By Robin Gomes
The Catholic Bishops of the Holy Land have denounced the recent acts of intimidation against local Christian communities by extremist Jewish groups backing the settlers’ movement.
Friday morning, unknown assailants in Jish, in upper Galilee, damaged cars and wrote slogans in offensive Hebrew against Christians.
Earlier on July 12, participants in a celebration held in the parish Church of St. James in Beit Hanina, a suburb of East Jerusalem, were pelted by tomatoes and other objects by some of the residents of the nearby Jewish settlement of Naveh Yaacov.
In the case of Jish, the intimidation is linked to groups that in recent years have in various ways targeted mosques or Christian places such as in Tabgha, Beit Jamal, Latrun and the Dormition.
Such crimes known as “price tag” attacks are reprisals against Palestinians, Christians and Israeli security forces by radical Israeli settlers, who, so to say, exact a price for any action or criticism against their settlement.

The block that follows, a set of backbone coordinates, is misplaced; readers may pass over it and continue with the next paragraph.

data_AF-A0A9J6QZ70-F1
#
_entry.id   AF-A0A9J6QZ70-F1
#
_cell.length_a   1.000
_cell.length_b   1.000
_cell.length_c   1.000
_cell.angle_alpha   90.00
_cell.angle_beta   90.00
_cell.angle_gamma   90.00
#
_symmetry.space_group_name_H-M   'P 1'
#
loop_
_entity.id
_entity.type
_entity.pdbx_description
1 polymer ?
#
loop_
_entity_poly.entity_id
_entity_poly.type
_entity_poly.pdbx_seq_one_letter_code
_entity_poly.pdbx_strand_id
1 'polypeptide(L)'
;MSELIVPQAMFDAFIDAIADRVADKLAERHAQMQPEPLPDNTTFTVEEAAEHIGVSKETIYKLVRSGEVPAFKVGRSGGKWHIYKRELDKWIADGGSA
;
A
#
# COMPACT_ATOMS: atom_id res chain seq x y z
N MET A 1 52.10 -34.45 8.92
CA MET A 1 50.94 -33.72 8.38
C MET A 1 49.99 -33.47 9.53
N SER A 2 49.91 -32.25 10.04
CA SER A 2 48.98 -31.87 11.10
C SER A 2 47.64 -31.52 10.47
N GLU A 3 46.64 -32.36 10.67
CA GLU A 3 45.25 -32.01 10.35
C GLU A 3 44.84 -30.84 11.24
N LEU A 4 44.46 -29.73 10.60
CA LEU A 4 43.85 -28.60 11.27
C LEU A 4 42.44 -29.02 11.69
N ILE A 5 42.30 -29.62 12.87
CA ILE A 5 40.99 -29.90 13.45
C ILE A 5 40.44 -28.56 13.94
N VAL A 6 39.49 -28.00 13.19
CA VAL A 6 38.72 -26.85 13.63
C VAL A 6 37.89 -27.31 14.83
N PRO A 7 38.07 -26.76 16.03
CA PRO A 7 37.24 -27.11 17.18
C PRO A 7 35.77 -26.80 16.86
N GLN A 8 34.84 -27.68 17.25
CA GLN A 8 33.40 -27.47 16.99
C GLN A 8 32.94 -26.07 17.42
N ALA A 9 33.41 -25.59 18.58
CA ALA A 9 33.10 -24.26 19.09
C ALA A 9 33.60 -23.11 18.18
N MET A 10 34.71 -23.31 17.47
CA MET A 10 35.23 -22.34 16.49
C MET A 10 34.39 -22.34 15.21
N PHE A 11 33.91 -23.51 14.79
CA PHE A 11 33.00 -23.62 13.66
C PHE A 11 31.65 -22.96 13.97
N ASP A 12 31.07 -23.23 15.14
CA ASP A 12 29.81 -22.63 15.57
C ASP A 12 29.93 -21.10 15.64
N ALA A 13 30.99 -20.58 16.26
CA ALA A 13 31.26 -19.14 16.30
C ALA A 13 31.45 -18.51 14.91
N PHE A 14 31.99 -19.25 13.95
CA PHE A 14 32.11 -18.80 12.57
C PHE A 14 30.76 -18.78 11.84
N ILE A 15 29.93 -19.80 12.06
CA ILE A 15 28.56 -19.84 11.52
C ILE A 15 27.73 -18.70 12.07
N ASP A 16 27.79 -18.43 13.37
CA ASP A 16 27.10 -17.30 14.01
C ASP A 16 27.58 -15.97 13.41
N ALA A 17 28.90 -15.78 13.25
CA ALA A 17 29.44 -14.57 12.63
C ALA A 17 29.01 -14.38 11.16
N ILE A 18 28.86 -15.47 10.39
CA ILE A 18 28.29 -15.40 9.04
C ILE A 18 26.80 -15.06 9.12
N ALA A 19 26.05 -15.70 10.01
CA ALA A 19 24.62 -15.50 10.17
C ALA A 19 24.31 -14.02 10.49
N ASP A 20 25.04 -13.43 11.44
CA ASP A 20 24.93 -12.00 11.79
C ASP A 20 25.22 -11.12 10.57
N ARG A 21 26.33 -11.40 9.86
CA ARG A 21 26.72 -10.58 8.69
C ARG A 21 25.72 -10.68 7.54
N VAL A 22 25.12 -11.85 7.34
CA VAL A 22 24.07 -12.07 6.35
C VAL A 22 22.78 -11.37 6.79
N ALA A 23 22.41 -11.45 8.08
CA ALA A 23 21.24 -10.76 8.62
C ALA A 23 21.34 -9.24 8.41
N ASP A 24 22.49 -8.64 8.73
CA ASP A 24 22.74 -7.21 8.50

Such “price tag” attacks and profanations against Christian monasteries, churches and cemeteries began in February 2012. Since then, extremist militants from groups close to the settler movement have been carrying out attacks against mosques frequented by the Palestinian Arabs of the Islamic religion.
The Assembly of the Catholic Ordinaries of the Holy Land issued a statement on Friday in which, among other things, they expressed sadness and sorrow for the continuing criminal acts, which they say go unpunished, despite numerous complaints.
In May 2016, the Israeli-based Association of Rabbis for Human Rights also launched a campaign to raise awareness among Israeli political forces regarding the attacks on Christian and Muslim religious targets by extremist gangs. (Source: Fides)